A recent trip to New York made Purce realize how much of our life has been taken over by city noise. "I realized that, if you want to have air, you have to have noise," she says. "You either have to turn the air-conditioner on and listen to its mechanical hum, or you have to open the window and hear all the noise of the city, including other people's air-conditioners. Just to breathe, you have to hear all this noise." And we become part of the noise. "The only sounds we make today come through the music of the city," says Purce. "And that's the music of alienation. The music being made today is the scream to be heard over machines. That's our music: alienated screams."

Having painted this dismal picture of society, Purce nonetheless envisions a time in the future when humanity will rediscover its natural, healing voice. "Instead of going around with our mouths closed, we will go around with our mouths open again, chanting and singing with each other," she says. "The balance of sounds will change. The mechanized world will diminish its noisiness, and our song will again float on the atmosphere and rectify our lives emotionally, psychologically, and spiritually. We will become, literally, sound in mind and body."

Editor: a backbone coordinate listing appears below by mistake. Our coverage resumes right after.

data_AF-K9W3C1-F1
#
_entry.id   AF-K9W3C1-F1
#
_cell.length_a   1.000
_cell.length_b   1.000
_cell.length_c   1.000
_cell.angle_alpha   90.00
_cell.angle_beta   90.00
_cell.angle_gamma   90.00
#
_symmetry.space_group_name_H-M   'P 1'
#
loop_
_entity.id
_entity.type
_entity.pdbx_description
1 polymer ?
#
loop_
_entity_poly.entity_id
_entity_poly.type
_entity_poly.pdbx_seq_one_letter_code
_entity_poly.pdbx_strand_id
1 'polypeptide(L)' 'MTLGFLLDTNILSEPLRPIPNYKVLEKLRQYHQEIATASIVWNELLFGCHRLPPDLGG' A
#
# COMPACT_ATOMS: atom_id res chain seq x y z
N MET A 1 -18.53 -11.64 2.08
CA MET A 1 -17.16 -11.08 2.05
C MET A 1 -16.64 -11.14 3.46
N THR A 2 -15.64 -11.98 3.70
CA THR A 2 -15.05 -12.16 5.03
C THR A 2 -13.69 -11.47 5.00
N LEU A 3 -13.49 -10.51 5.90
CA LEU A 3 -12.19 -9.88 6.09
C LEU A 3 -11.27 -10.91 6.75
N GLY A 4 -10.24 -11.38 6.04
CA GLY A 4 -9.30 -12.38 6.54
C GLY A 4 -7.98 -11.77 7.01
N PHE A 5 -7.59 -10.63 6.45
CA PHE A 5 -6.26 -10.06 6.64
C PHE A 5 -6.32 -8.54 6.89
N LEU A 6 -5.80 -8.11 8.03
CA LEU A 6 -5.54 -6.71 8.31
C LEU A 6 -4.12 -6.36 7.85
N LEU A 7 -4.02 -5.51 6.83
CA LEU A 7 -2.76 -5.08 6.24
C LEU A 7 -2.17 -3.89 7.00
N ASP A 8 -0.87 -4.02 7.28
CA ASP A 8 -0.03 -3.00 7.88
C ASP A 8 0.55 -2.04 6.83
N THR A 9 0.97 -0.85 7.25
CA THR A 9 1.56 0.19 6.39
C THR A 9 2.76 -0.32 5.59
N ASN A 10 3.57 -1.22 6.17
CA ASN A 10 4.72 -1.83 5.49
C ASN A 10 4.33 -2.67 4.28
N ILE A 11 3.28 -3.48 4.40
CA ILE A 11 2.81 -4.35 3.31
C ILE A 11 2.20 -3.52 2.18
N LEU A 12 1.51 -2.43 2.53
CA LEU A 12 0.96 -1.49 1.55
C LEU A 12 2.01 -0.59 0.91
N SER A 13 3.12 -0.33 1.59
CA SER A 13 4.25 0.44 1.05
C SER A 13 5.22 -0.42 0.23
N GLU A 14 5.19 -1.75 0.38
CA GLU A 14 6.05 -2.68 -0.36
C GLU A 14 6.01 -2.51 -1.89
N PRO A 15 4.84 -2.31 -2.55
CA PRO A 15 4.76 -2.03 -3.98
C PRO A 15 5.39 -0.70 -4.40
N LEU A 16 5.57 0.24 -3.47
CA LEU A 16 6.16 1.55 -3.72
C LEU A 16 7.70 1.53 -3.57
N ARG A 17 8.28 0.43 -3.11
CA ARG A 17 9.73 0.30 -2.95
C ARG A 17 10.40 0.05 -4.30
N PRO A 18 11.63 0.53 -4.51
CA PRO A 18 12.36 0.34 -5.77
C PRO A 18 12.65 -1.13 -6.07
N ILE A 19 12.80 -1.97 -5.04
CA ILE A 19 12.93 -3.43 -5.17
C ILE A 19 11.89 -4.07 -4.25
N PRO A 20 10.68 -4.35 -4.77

How does she envision this fanciful scenario coming to fruition? Purce doesn't say specifically, but clearly her faith in the power of chanting has a lot to do with it. Moreover, she believes that sound is simply a part of our nature that we cannot deny forever. "In all traditional societies, chanting is the principal way of communing with the Divine and of keeping society in tune with itself," she says. "In the Christian world, until fifty or sixty years ago, everyone went to church and sang. They didn't do it because they sang well; it was simply the way to achieve and maintain harmony. By singing, chanting, and intoning together in church, people tuned themselves. Our body is a kind of vibratory system with many different kinds of resonances. If we stop chanting, we no longer keep ourselves in tune". Here, we're approaching the very heart of Purce's work: the idea that, as resonant bodies - indeed, as resonant beings - we must continually resonate in order to optimize our being alive, individually and collectively. "At church," says Purce, "people would be surrounded by their family, so they would not only be tuning their own body, soul and spirit but would also be tuning with their family. The family would be in tune with itself. And since the family would be surrounded by the people of the village, all the village would be tuning itself together. All parts of Christendom, to its furthest reaches, would be in resonance with itself by tuning in similar ways at similar times. And this great resonant network would be tuned with the overall Divine purpose."